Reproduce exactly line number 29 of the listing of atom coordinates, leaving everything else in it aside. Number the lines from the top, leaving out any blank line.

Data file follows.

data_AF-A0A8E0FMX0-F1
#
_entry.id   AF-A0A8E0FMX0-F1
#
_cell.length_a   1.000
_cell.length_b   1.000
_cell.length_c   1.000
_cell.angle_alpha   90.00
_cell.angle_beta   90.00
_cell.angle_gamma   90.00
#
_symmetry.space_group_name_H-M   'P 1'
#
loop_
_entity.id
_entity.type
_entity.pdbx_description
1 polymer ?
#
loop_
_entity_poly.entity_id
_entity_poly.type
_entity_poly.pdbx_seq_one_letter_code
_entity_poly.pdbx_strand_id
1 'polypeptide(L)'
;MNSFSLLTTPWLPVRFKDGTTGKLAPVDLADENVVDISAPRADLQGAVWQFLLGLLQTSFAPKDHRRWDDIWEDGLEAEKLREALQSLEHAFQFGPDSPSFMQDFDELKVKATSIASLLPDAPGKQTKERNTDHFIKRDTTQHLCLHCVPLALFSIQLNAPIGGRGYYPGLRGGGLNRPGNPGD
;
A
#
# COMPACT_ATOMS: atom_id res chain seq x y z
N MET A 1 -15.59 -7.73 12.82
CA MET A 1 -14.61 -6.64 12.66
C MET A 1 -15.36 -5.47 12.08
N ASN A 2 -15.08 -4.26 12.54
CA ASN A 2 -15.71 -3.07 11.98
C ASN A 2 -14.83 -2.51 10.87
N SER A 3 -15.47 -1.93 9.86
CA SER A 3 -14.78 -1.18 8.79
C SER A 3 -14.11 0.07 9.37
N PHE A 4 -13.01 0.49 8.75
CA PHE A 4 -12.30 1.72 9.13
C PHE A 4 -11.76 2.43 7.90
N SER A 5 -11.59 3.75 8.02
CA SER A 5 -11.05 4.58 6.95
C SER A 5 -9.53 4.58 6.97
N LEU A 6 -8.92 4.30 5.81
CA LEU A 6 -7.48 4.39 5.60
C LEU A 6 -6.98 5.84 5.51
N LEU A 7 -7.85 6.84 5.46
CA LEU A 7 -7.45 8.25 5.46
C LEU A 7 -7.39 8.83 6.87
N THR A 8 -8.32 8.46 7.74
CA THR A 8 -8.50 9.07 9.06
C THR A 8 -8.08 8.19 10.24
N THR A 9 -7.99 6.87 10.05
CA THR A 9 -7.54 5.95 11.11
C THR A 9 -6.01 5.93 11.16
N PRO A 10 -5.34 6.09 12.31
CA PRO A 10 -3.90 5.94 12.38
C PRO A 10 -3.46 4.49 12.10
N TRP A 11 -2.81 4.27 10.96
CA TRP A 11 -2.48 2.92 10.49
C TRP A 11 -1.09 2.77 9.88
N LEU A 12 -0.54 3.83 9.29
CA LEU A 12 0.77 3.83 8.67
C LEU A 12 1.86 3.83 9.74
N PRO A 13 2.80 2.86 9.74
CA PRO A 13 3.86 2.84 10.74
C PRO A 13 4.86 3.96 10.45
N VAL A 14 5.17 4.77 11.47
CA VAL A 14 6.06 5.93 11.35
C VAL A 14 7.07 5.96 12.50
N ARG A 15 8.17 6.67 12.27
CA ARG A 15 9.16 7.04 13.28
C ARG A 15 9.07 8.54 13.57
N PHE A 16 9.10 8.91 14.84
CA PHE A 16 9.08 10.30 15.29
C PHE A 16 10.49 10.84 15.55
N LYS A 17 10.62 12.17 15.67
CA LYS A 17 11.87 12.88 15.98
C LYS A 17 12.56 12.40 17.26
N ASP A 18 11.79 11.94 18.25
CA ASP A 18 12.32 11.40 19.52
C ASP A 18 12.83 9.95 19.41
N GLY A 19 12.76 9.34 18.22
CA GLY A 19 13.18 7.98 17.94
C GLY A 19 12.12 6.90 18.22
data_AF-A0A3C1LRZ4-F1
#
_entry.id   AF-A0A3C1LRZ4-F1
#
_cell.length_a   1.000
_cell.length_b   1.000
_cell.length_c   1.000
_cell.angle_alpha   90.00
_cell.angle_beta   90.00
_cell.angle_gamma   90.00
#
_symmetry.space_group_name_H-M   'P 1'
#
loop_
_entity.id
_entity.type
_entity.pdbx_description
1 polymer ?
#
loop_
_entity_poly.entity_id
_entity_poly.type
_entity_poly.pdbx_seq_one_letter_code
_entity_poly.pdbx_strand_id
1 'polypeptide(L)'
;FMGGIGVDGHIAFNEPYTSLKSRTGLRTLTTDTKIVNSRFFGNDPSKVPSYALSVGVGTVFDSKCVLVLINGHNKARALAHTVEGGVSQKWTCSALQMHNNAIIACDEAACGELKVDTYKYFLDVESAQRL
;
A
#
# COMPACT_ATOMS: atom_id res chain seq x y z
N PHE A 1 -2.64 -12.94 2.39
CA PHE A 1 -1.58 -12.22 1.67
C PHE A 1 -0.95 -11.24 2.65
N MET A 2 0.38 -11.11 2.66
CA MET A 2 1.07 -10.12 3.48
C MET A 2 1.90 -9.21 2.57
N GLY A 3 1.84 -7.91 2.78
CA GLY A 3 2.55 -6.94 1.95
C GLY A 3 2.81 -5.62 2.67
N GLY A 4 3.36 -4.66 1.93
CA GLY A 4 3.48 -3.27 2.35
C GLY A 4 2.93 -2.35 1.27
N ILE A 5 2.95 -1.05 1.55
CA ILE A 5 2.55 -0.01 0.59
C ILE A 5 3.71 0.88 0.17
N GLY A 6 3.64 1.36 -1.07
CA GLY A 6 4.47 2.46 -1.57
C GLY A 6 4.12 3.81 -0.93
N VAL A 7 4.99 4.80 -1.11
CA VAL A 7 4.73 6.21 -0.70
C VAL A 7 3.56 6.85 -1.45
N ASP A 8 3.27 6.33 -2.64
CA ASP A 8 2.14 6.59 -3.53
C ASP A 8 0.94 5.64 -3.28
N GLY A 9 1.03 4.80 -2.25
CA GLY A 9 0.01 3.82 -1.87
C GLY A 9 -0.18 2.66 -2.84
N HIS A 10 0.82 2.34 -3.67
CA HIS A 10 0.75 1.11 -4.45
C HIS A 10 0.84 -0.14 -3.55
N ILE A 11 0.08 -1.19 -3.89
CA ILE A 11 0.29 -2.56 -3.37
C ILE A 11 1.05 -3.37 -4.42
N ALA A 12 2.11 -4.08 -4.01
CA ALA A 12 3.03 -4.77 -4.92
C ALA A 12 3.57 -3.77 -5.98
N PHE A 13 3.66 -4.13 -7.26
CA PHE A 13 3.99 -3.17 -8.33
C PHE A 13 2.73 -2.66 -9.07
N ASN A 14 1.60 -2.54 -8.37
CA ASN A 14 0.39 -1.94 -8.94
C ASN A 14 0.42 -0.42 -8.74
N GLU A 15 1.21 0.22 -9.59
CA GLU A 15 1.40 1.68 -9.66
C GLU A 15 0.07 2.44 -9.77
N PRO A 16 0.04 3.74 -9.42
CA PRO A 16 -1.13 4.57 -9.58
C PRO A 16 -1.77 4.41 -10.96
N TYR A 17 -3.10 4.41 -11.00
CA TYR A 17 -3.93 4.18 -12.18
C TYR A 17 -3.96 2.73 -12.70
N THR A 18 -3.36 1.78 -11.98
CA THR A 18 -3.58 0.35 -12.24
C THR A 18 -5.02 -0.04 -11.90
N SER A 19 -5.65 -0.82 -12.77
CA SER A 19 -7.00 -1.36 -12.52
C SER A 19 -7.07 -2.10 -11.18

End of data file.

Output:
#